George Sohier House

The George Sohier house was built in 1894-1895 on the last open house lot on the lower section of Main Street in Concord, Mass.

The parcel had belonged to the Cheney family for many years , and had been what John Cheney had loved to call, after reciting a long syllogism about Concord’s place on the globe, “the pleasantest and best field in the world.”

George D. Sohier (1845-1923) bought the parcel from Cheney’s daughter, Caroline, and hired John Haskell — a waterworks superintendent turned building contractor — to build his new house.

Sohier is a bit of a mystery man, but he lived here until his 1923 death. Several others, mostly family members, are listed as living here over the years, too. Among them were his sons, Frederick; Louis and Walter Sohier, both mechanical engineers; artist Alice Ruggles Sohier (Louis’ wife); and Jeanette Sohier, a teacher and evidently George’s daughter.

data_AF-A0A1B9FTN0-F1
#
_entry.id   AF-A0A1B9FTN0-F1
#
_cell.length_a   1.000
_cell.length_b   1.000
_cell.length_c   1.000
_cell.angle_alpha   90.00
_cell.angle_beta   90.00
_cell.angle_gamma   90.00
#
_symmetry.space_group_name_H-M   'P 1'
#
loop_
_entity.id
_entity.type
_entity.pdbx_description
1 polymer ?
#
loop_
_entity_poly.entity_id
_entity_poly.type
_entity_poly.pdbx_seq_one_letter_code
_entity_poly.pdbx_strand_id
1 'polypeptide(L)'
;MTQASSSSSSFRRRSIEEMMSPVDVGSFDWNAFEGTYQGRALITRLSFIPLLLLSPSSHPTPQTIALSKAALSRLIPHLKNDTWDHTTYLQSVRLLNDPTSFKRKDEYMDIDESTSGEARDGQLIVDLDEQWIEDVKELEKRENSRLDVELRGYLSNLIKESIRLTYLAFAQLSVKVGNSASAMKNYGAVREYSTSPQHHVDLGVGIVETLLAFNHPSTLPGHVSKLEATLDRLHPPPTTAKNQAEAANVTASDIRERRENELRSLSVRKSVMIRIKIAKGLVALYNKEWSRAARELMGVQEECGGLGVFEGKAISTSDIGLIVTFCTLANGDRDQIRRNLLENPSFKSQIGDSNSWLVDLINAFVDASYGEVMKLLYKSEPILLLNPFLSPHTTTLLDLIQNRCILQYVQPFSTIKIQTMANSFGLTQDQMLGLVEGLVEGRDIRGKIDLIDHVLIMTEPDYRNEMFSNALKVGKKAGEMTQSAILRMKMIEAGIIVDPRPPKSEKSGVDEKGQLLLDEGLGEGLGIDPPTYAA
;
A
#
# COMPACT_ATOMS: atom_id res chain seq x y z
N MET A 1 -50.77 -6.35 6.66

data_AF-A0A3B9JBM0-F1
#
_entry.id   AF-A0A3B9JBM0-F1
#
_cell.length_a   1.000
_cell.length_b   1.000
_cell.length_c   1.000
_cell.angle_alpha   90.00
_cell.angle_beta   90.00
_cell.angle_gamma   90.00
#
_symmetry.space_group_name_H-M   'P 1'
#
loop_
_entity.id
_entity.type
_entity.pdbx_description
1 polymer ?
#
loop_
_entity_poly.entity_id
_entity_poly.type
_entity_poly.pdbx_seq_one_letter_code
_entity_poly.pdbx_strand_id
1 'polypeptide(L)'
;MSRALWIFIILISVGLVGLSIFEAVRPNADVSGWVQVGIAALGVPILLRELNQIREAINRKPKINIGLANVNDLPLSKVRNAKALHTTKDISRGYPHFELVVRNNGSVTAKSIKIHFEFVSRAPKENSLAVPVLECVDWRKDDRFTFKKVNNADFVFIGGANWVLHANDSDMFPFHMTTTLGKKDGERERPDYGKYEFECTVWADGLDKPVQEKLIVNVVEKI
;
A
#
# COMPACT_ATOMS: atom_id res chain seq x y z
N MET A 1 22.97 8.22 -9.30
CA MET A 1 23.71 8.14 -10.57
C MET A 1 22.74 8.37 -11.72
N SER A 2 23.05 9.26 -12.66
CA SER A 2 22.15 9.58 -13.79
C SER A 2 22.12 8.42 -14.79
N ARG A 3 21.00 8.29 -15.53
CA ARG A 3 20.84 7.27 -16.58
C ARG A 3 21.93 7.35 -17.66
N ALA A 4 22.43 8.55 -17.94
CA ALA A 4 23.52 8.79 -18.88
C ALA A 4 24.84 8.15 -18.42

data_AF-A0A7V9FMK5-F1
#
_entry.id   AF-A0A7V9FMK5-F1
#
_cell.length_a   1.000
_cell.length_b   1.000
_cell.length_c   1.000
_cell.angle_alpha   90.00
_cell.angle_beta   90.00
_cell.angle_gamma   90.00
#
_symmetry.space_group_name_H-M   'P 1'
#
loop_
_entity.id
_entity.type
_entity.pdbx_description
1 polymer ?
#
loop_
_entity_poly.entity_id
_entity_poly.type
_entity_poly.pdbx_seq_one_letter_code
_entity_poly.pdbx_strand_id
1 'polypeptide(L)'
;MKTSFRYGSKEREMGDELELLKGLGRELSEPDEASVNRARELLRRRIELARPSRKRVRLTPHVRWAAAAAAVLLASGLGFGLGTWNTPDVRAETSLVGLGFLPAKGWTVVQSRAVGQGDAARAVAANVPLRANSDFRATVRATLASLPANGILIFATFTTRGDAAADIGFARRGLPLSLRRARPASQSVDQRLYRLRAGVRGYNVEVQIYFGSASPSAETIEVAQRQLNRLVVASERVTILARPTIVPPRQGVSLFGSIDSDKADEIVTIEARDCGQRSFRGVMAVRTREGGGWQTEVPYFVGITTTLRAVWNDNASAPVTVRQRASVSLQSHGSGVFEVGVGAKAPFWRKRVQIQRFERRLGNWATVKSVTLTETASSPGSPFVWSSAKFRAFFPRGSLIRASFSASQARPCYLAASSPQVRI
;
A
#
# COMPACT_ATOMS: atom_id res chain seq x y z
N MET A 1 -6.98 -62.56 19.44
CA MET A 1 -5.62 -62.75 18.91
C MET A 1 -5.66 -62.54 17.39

Also listed here in the early part of this century was artist Frederick A. Bosley (ca . 1910), an eminent portrait painter, who married George’s daughter, Emily.

After George Sohier died, the property was acquired by William and Helen Wadsworth. They appear to have come to Concord from New York; Mr. Wadsworth was a trust officer.

In 1973, Concord Academy purchased the property. It became the home for the headmaster — known as Whitfield House — in 1977.

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